Exposure to UV radiation is the main cause of the most common forms of skin cancer. And one of the most effective ways to avoid it, of course, is sunscreen. “Any conversation on sunscreen must start with acknowledging that there is robust evidence that it prevents skin cancer,” says Richard Weller, honorary consultant dermatologist at the University of Edinburgh.

Without sun protection skin damage can occur in as little as 15 minutes, ultraviolet rays and sun damage add up over time. You can protect yourself by wearing sunscreen 365 days a year, wearing a wide brim hat and protective clothing. Sun protection should be worn by everyone of all ages and ethnicity to prevent and skin cancer, reduce signs of ageing.

To protect against UVR it is important to apply a sufficient quantity of sunscreen on all exposed body sites and not to miss any areas. In order to accomplish this, sunscreen application before sun exposure and reapplication every second hour during exposure has been recommended by the World Health Organization

Physical vs Chemical Sun Protection

Two types of UV filters can be used for sunscreen. The most commonly used are known as organic filters, which absorb UV radiation and convert it into safer radiation. Inorganic UV filters like titanium dioxide and zinc oxide – which are broadly considered safe – reflect and scatter UV radiation away from the skin.

Chemical Sunscreens absorbs UV rays

Ingredients in sunscreen turn the ultraviolet rays into heat and disperse it into the skin. Chemical sunscreen ingredients such as Octocrylene, Octinoxate, Oxybenzone, Avobenzone are often lighter and water resistant. They are suitable for most skin types, but not ideal for sensitive skins or those prone to redness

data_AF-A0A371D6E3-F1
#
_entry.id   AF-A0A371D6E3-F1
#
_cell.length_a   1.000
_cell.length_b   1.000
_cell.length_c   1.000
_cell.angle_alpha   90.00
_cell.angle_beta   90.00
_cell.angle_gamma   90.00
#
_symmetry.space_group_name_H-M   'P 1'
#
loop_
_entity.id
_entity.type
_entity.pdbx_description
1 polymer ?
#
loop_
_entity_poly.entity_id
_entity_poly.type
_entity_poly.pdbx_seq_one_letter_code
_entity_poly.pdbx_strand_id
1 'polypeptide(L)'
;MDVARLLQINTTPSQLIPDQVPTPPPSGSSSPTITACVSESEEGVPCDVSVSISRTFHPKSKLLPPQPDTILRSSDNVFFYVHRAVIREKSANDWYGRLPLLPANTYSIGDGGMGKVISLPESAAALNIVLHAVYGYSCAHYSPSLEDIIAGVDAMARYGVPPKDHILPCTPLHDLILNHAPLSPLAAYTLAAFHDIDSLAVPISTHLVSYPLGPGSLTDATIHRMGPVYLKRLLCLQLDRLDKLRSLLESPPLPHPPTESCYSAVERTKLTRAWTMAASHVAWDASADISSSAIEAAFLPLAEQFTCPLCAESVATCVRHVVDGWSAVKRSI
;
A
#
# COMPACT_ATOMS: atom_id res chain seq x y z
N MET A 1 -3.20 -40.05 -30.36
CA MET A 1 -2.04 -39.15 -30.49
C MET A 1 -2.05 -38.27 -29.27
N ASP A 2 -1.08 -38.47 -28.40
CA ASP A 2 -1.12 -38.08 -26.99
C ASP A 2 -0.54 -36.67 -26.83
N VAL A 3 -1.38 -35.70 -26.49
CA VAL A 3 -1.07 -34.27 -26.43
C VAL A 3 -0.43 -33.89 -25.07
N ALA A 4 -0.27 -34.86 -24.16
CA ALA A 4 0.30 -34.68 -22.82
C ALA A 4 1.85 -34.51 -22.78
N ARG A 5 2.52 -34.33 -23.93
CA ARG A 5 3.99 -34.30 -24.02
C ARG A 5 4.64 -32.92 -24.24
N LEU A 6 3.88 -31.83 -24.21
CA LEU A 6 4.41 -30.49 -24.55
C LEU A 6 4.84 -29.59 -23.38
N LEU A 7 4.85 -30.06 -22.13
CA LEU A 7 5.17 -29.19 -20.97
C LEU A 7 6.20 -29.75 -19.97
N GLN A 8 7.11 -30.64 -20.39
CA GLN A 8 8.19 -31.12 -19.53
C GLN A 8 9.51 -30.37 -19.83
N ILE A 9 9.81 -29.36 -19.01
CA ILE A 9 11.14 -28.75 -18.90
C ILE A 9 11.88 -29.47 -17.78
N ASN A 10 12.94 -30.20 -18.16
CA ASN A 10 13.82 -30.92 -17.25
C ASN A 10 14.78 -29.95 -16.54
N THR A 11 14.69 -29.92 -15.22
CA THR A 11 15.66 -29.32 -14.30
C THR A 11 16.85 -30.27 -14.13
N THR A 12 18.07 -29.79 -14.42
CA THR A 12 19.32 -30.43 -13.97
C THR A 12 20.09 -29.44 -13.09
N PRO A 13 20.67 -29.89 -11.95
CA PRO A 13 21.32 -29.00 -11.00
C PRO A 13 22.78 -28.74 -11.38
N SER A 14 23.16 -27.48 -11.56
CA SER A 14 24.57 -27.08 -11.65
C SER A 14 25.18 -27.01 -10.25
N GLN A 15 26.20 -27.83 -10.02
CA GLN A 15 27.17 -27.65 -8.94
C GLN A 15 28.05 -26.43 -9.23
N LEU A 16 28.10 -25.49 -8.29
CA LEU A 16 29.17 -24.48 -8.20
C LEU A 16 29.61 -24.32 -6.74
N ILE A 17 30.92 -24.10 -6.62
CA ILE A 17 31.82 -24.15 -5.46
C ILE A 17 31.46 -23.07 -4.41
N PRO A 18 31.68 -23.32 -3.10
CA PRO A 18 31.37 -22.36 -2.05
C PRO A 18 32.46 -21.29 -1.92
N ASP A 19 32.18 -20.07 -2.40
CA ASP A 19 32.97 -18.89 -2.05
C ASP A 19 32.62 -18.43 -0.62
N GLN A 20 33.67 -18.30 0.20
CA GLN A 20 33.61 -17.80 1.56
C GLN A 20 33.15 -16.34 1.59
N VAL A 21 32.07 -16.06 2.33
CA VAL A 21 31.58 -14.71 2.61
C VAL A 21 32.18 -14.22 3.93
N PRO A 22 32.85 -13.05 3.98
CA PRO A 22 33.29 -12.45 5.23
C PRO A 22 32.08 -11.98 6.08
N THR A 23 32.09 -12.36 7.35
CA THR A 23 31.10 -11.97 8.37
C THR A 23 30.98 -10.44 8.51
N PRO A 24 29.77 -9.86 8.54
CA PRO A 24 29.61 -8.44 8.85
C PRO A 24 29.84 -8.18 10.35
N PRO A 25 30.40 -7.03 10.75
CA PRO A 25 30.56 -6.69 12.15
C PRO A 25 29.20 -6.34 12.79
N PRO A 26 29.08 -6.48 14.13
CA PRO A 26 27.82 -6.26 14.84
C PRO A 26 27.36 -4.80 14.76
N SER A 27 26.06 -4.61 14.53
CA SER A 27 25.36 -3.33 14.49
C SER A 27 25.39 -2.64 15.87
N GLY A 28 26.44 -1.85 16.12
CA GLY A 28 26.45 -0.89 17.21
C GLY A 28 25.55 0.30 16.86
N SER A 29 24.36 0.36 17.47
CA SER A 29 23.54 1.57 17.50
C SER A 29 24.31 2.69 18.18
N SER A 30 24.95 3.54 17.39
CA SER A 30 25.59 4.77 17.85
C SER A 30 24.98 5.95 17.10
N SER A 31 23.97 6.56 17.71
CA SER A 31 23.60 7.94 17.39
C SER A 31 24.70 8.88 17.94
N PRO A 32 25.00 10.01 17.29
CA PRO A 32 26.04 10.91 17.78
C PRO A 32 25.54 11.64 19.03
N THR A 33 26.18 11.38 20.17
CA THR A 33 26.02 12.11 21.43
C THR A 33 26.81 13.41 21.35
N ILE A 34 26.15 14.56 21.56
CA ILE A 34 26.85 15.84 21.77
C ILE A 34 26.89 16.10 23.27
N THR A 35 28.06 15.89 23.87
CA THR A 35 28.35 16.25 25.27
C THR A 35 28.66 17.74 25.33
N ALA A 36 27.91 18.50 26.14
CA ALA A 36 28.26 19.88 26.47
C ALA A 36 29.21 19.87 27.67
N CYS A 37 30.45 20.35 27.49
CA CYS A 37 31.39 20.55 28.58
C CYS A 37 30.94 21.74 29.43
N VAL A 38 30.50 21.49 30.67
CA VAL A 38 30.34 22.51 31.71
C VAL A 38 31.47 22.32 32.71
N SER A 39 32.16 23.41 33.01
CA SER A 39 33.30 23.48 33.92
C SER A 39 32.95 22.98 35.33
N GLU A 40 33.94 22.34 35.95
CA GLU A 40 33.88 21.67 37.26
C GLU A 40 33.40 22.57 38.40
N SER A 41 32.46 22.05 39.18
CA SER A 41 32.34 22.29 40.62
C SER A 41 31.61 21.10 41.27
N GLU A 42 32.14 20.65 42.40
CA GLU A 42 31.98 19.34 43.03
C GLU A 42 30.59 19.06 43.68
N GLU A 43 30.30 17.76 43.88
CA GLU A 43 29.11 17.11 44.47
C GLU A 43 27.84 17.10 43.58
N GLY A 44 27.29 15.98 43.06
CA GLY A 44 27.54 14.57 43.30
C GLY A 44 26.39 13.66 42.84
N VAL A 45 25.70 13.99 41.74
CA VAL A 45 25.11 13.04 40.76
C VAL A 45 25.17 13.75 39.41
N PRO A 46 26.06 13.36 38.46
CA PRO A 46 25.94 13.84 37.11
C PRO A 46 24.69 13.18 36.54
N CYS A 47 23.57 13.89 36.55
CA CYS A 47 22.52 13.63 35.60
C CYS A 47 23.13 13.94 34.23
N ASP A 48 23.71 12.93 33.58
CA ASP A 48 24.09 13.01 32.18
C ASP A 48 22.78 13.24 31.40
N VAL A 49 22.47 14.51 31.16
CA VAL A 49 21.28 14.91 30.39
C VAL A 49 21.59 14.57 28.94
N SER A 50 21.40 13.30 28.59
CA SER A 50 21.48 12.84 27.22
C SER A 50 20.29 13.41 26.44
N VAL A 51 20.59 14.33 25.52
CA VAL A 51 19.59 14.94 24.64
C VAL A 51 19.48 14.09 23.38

Physical Sunscreens reflect UV rays

Zinc Dioxide protects against UVB rays and is more comfortable for sensitive and younger skins. Physical sunscreens sit on the surface of the skin and create a block deflecting the UV rays back into the elements. It also tends to wash off more easily when swimming, but often contain ingredients for those more prone to redness or prickly heat such to soothe the skin in a light and breathable formula. A combination found to protect against both UVA and UVB rays are Avobenzone and Zinc Dioxide

The SPF Equation

Sunscreen has evolved since it was first started to be used and in 2006 onwards the classifications of sun protection factors and the levels of protection have been more widely monitored. Now there is an international regulation and symbolism of what is suitable and how much protection is achieved with different levels of coverage. Sun protection factor 6-10 are considered low coverage, medium starts as SPF 10-25 and SPF15 blocks up to 93% UVB rays. High protection SPF30-50 and blocks 97% UVB rays, SPF50+ is classified as very high and blocks up to 98% of UVB rays.

Broad spectrum sunscreens protect against both premature ageing UVA rays and and burning UVB rays. The top dermatologists in the United Kingdom have introduced a star rating that measures UVA protection. Products that have a UVA symbol confirms the product protects against UVA rays, which constitutes it must contain at least 1/3 of its sun protection value is an ingredient that will protect against the rays.

Without sun protection many skins will burn in 10-15 minutes. An equation to help understand the SPF protection for your skin is multiplying the number of minutes it would take you to burn without sunscreen by the SPF on the product if it is applied correctly. For example 10 minutes x SPF15 = 150 minutes protection in the sun. The recommended amount of sunscreen for initial application is 5ml or 1 teaspoon for the face, neck and decollate; and 30ml or a shot glass amount for the body. This should then be reapplied every two hours in direct sunlight.

Stay Safe in the Sun!

Research Sources:

International Dermal Institute

Cancer Research UK

World Health Organisation

Live Science

Met Office

Centre for Disease Control and Prevention